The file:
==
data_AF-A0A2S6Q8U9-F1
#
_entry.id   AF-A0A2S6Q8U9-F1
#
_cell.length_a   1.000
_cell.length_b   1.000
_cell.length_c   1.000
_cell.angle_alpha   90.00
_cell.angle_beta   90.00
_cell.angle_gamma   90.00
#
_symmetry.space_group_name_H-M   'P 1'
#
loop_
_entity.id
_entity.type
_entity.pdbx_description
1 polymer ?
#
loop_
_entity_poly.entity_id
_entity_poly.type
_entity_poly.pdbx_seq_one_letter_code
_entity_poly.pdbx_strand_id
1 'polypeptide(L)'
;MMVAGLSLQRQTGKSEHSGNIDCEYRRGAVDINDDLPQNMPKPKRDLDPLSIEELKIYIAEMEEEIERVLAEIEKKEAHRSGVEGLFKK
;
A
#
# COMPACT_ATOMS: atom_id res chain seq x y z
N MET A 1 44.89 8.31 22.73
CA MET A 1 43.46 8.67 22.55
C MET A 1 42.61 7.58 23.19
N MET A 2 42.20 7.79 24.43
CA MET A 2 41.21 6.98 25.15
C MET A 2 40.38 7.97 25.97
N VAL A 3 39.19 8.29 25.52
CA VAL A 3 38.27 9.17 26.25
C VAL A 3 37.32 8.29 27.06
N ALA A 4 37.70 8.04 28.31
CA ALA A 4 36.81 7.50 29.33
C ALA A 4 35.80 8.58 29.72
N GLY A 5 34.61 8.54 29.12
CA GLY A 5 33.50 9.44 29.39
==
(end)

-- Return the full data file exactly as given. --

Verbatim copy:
data_AF-A0A2S6Q8U9-F1
#
_entry.id   AF-A0A2S6Q8U9-F1
#
_cell.length_a   1.000
_cell.length_b   1.000
_cell.length_c   1.000
_cell.angle_alpha   90.00
_cell.angle_beta   90.00
_cell.angle_gamma   90.00
#
_symmetry.space_group_name_H-M   'P 1'
#
loop_
_entity.id
_entity.type
_entity.pdbx_description
1 polymer ?
#
loop_
_entity_poly.entity_id
_entity_poly.type
_entity_poly.pdbx_seq_one_letter_code
_entity_poly.pdbx_strand_id
1 'polypeptide(L)'
;MMVAGLSLQRQTGKSEHSGNIDCEYRRGAVDINDDLPQNMPKPKRDLDPLSIEELKIYIAEMEEEIERVLAEIEKKEAHRSGVEGLFKK
;
A
#
# COMPACT_ATOMS: atom_id res chain seq x y z
N MET A 1 44.89 8.31 22.73
CA MET A 1 43.46 8.67 22.55
C MET A 1 42.61 7.58 23.19
N MET A 2 42.20 7.79 24.43
CA MET A 2 41.21 6.98 25.15
C MET A 2 40.38 7.97 25.97
N VAL A 3 39.19 8.29 25.52
CA VAL A 3 38.27 9.17 26.25
C VAL A 3 37.32 8.29 27.06
N ALA A 4 37.70 8.04 28.31
CA ALA A 4 36.81 7.50 29.33
C ALA A 4 35.80 8.58 29.72
N GLY A 5 34.61 8.54 29.12
CA GLY A 5 33.50 9.44 29.39